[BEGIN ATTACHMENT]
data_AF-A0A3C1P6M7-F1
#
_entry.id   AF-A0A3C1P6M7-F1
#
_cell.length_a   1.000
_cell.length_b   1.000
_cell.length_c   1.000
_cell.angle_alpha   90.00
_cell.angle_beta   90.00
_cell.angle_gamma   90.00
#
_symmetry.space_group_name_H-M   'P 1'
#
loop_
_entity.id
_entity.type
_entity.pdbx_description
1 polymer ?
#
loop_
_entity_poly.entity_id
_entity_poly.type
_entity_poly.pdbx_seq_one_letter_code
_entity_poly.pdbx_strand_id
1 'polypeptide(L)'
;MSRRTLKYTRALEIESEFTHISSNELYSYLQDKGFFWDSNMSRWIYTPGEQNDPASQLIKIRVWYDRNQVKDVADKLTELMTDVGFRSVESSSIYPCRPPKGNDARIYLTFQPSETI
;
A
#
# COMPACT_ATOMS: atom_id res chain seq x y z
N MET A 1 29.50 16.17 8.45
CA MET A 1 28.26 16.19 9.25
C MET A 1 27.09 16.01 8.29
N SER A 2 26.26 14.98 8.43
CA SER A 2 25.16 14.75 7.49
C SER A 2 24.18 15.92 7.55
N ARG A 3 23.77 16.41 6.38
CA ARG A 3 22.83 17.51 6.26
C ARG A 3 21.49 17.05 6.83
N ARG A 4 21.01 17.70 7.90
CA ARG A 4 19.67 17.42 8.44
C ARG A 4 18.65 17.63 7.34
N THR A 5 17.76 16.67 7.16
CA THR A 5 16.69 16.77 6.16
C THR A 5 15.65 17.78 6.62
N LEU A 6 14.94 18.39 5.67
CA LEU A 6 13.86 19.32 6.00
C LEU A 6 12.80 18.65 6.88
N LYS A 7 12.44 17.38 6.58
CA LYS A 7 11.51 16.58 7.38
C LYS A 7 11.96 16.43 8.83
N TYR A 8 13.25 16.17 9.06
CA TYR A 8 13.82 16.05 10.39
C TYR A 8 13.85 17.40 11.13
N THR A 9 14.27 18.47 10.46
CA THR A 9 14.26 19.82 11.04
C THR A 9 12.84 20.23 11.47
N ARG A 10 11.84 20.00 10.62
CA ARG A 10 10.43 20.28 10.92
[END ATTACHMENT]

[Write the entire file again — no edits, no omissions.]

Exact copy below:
data_AF-A0A3C1P6M7-F1
#
_entry.id   AF-A0A3C1P6M7-F1
#
_cell.length_a   1.000
_cell.length_b   1.000
_cell.length_c   1.000
_cell.angle_alpha   90.00
_cell.angle_beta   90.00
_cell.angle_gamma   90.00
#
_symmetry.space_group_name_H-M   'P 1'
#
loop_
_entity.id
_entity.type
_entity.pdbx_description
1 polymer ?
#
loop_
_entity_poly.entity_id
_entity_poly.type
_entity_poly.pdbx_seq_one_letter_code
_entity_poly.pdbx_strand_id
1 'polypeptide(L)'
;MSRRTLKYTRALEIESEFTHISSNELYSYLQDKGFFWDSNMSRWIYTPGEQNDPASQLIKIRVWYDRNQVKDVADKLTELMTDVGFRSVESSSIYPCRPPKGNDARIYLTFQPSETI
;
A
#
# COMPACT_ATOMS: atom_id res chain seq x y z
N MET A 1 29.50 16.17 8.45
CA MET A 1 28.26 16.19 9.25
C MET A 1 27.09 16.01 8.29
N SER A 2 26.26 14.98 8.43
CA SER A 2 25.16 14.75 7.49
C SER A 2 24.18 15.92 7.55
N ARG A 3 23.77 16.41 6.38
CA ARG A 3 22.83 17.51 6.26
C ARG A 3 21.49 17.05 6.83
N ARG A 4 21.01 17.70 7.90
CA ARG A 4 19.67 17.42 8.44
C ARG A 4 18.65 17.63 7.34
N THR A 5 17.76 16.67 7.16
CA THR A 5 16.69 16.77 6.16
C THR A 5 15.65 17.78 6.62
N LEU A 6 14.94 18.39 5.67
CA LEU A 6 13.86 19.32 6.00
C LEU A 6 12.80 18.65 6.88
N LYS A 7 12.44 17.38 6.58
CA LYS A 7 11.51 16.58 7.38
C LYS A 7 11.96 16.43 8.83
N TYR A 8 13.25 16.17 9.06
CA TYR A 8 13.82 16.05 10.39
C TYR A 8 13.85 17.40 11.13
N THR A 9 14.27 18.47 10.46
CA THR A 9 14.26 19.82 11.04
C THR A 9 12.84 20.23 11.47
N ARG A 10 11.84 20.00 10.62
CA ARG A 10 10.43 20.28 10.92